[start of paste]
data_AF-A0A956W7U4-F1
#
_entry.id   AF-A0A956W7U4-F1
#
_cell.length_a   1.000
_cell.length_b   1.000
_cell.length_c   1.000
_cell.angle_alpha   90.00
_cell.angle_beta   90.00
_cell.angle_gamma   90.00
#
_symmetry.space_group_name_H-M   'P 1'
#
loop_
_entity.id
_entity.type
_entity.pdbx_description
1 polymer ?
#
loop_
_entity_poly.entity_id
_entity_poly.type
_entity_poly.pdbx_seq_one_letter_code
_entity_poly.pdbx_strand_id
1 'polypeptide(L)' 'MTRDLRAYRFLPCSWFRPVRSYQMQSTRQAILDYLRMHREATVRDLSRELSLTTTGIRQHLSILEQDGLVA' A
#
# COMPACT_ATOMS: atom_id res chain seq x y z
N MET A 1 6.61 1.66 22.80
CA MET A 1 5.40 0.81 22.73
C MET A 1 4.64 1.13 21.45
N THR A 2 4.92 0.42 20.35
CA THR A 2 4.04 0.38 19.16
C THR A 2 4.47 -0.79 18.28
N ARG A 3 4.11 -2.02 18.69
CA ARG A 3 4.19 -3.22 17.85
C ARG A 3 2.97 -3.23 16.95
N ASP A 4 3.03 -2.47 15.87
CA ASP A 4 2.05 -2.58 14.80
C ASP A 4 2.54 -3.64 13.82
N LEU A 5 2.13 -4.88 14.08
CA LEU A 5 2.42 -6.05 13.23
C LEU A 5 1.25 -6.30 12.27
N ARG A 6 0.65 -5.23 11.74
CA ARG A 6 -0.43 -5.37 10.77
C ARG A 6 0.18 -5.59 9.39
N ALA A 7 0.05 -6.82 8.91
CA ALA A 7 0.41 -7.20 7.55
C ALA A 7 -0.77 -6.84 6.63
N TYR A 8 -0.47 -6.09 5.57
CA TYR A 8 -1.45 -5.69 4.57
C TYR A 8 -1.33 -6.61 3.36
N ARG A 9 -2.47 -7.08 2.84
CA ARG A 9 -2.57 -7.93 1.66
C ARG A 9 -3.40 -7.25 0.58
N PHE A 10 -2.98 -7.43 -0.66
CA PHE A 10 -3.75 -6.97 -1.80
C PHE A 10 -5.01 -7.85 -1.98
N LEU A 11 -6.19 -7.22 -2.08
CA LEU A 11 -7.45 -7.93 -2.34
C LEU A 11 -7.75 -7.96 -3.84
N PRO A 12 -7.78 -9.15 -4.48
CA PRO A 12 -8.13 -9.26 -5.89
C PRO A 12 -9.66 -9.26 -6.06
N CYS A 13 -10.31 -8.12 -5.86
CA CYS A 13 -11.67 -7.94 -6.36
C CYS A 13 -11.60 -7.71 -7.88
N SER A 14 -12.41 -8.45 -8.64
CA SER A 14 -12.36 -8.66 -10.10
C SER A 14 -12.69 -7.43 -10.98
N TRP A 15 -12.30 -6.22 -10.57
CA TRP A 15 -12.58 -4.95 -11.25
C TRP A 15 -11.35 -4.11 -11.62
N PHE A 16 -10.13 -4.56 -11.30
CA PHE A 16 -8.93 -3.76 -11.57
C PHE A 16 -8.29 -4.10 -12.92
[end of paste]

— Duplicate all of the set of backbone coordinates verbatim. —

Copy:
data_AF-A0A956W7U4-F1
#
_entry.id   AF-A0A956W7U4-F1
#
_cell.length_a   1.000
_cell.length_b   1.000
_cell.length_c   1.000
_cell.angle_alpha   90.00
_cell.angle_beta   90.00
_cell.angle_gamma   90.00
#
_symmetry.space_group_name_H-M   'P 1'
#
loop_
_entity.id
_entity.type
_entity.pdbx_description
1 polymer ?
#
loop_
_entity_poly.entity_id
_entity_poly.type
_entity_poly.pdbx_seq_one_letter_code
_entity_poly.pdbx_strand_id
1 'polypeptide(L)' 'MTRDLRAYRFLPCSWFRPVRSYQMQSTRQAILDYLRMHREATVRDLSRELSLTTTGIRQHLSILEQDGLVA' A
#
# COMPACT_ATOMS: atom_id res chain seq x y z
N MET A 1 6.61 1.66 22.80
CA MET A 1 5.40 0.81 22.73
C MET A 1 4.64 1.13 21.45
N THR A 2 4.92 0.42 20.35
CA THR A 2 4.04 0.38 19.16
C THR A 2 4.47 -0.79 18.28
N ARG A 3 4.11 -2.02 18.69
CA ARG A 3 4.19 -3.22 17.85
C ARG A 3 2.97 -3.23 16.95
N ASP A 4 3.03 -2.47 15.87
CA ASP A 4 2.05 -2.58 14.80
C ASP A 4 2.54 -3.64 13.82
N LEU A 5 2.13 -4.88 14.08
CA LEU A 5 2.42 -6.05 13.23
C LEU A 5 1.25 -6.30 12.27
N ARG A 6 0.65 -5.23 11.74
CA ARG A 6 -0.43 -5.37 10.77
C ARG A 6 0.18 -5.59 9.39
N ALA A 7 0.05 -6.82 8.91
CA ALA A 7 0.41 -7.20 7.55
C ALA A 7 -0.77 -6.84 6.63
N TYR A 8 -0.47 -6.09 5.57
CA TYR A 8 -1.45 -5.69 4.57
C TYR A 8 -1.33 -6.61 3.36
N ARG A 9 -2.47 -7.08 2.84
CA ARG A 9 -2.57 -7.93 1.66
C ARG A 9 -3.40 -7.25 0.58
N PHE A 10 -2.98 -7.43 -0.66
CA PHE A 10 -3.75 -6.97 -1.80
C PHE A 10 -5.01 -7.85 -1.98
N LEU A 11 -6.19 -7.22 -2.08
CA LEU A 11 -7.45 -7.93 -2.34
C LEU A 11 -7.75 -7.96 -3.84
N PRO A 12 -7.78 -9.15 -4.48
CA PRO A 12 -8.13 -9.26 -5.89
C PRO A 12 -9.66 -9.26 -6.06
N CYS A 13 -10.31 -8.12 -5.86
CA CYS A 13 -11.67 -7.94 -6.36
C CYS A 13 -11.60 -7.71 -7.88
N SER A 14 -12.41 -8.45 -8.64
CA SER A 14 -12.36 -8.66 -10.10
C SER A 14 -12.69 -7.43 -10.98
N TRP A 15 -12.30 -6.22 -10.57
CA TRP A 15 -12.58 -4.95 -11.25
C TRP A 15 -11.35 -4.11 -11.62
N PHE A 16 -10.13 -4.56 -11.30
CA PHE A 16 -8.93 -3.76 -11.57
C PHE A 16 -8.29 -4.10 -12.92